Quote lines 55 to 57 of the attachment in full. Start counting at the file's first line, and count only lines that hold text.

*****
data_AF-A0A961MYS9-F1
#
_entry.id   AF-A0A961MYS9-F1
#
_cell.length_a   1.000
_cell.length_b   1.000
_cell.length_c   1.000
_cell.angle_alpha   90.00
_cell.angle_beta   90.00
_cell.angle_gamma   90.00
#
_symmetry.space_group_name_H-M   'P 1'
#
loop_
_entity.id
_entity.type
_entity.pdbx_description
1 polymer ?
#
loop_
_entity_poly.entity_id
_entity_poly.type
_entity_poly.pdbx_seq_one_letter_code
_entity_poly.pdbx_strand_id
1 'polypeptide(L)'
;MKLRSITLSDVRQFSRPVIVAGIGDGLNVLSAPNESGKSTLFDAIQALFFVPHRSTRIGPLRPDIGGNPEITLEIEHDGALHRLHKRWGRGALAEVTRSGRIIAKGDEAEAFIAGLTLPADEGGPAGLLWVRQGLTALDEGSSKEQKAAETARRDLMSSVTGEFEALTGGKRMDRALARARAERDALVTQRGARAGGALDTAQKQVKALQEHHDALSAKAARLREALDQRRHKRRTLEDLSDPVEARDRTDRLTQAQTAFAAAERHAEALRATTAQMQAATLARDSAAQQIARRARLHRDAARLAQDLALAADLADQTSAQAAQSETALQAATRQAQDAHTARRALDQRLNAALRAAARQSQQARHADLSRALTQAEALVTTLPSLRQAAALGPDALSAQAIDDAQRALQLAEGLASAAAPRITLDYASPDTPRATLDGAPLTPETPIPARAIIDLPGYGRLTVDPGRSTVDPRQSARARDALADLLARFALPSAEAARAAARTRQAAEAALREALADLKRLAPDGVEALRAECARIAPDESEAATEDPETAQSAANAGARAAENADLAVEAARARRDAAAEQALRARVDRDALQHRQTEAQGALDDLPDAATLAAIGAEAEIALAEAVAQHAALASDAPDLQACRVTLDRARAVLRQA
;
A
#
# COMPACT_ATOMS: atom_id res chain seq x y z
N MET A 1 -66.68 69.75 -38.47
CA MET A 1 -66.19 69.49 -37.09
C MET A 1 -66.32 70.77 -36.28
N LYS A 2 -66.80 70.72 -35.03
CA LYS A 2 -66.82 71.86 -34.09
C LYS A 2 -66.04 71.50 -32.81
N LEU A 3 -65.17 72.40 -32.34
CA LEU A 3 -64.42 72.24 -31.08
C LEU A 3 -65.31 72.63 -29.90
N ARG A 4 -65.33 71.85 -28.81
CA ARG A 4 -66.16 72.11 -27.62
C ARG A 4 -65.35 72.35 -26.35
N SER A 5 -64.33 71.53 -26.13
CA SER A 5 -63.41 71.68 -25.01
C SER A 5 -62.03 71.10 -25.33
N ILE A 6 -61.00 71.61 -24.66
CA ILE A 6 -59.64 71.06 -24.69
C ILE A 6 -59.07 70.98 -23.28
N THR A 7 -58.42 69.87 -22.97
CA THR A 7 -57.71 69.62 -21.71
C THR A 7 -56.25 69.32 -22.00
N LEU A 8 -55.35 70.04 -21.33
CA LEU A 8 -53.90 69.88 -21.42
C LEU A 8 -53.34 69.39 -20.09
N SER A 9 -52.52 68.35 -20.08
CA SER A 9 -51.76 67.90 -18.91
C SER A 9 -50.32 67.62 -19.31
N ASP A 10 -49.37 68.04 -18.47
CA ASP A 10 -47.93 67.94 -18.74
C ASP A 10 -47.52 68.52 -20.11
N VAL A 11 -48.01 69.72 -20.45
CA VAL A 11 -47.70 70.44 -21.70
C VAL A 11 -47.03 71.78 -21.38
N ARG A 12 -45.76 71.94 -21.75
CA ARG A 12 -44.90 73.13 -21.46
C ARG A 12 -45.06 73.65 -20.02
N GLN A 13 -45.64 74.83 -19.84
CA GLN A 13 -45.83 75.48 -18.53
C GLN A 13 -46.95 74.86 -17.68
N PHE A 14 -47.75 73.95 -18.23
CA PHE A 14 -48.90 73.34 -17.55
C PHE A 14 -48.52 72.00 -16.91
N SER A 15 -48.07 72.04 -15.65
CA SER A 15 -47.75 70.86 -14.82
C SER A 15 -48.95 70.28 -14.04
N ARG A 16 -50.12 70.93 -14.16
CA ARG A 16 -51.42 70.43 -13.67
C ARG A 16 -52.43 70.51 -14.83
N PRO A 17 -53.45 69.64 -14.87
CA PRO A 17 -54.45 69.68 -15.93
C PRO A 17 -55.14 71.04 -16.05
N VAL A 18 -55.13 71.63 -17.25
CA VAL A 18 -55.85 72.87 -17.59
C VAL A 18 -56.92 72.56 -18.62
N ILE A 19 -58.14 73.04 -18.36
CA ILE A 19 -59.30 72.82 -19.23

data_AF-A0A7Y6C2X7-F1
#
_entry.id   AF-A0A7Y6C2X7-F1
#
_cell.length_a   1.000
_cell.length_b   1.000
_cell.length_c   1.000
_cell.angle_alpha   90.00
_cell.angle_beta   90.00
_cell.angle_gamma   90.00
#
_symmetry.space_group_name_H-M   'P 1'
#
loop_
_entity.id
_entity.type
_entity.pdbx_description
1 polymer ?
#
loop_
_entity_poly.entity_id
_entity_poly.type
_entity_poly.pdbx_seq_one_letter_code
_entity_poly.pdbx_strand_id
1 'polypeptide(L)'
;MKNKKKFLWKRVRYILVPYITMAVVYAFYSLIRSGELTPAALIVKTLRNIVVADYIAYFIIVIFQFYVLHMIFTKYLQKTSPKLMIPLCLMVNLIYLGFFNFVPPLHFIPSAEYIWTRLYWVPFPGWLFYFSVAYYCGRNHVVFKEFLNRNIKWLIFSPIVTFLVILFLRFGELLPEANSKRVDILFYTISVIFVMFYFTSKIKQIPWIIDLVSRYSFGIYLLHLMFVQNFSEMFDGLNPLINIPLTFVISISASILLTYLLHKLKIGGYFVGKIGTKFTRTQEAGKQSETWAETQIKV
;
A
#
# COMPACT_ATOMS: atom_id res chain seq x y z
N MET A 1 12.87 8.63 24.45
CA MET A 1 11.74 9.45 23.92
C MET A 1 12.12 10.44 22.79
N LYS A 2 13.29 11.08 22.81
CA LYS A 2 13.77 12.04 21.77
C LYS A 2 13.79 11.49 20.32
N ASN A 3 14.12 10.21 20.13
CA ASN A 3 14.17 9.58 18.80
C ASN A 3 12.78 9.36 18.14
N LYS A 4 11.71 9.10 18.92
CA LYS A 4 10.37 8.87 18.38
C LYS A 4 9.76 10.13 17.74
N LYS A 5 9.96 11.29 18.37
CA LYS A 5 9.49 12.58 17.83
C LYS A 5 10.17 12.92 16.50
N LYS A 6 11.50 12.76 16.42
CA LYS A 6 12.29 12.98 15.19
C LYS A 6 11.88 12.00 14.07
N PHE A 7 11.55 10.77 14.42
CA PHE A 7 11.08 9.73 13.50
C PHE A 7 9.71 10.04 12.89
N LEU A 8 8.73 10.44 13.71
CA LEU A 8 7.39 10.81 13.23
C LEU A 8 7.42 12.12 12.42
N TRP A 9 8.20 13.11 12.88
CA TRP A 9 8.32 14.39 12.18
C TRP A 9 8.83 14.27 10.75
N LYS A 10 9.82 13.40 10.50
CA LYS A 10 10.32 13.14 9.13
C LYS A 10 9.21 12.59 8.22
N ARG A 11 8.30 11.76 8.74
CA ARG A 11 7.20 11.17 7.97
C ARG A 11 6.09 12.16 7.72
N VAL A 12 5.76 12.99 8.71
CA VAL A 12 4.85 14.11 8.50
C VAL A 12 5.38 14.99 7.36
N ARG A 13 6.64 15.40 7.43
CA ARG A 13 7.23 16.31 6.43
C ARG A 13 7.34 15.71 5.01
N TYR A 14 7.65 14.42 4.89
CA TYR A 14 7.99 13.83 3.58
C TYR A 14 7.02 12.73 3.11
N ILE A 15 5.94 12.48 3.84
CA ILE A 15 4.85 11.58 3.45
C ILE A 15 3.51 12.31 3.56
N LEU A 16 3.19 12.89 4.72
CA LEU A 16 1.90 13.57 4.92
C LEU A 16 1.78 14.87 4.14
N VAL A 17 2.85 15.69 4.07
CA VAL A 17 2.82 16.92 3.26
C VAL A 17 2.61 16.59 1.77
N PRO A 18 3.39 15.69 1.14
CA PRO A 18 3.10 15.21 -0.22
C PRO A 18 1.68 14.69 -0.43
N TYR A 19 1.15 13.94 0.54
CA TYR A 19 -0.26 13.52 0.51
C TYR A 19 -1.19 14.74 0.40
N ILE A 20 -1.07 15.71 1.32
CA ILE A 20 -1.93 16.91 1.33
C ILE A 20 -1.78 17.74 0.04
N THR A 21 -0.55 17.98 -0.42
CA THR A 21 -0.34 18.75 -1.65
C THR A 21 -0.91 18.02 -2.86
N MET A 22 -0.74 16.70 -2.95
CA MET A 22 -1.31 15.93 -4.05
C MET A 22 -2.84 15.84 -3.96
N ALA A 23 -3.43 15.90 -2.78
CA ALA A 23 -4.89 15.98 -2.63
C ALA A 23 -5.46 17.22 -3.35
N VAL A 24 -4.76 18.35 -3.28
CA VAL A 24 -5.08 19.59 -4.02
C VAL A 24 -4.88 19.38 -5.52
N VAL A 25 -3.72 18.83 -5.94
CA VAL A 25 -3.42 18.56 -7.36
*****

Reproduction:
N SER A 9 -52.52 68.35 -20.08
CA SER A 9 -51.76 67.90 -18.91
C SER A 9 -50.32 67.62 -19.31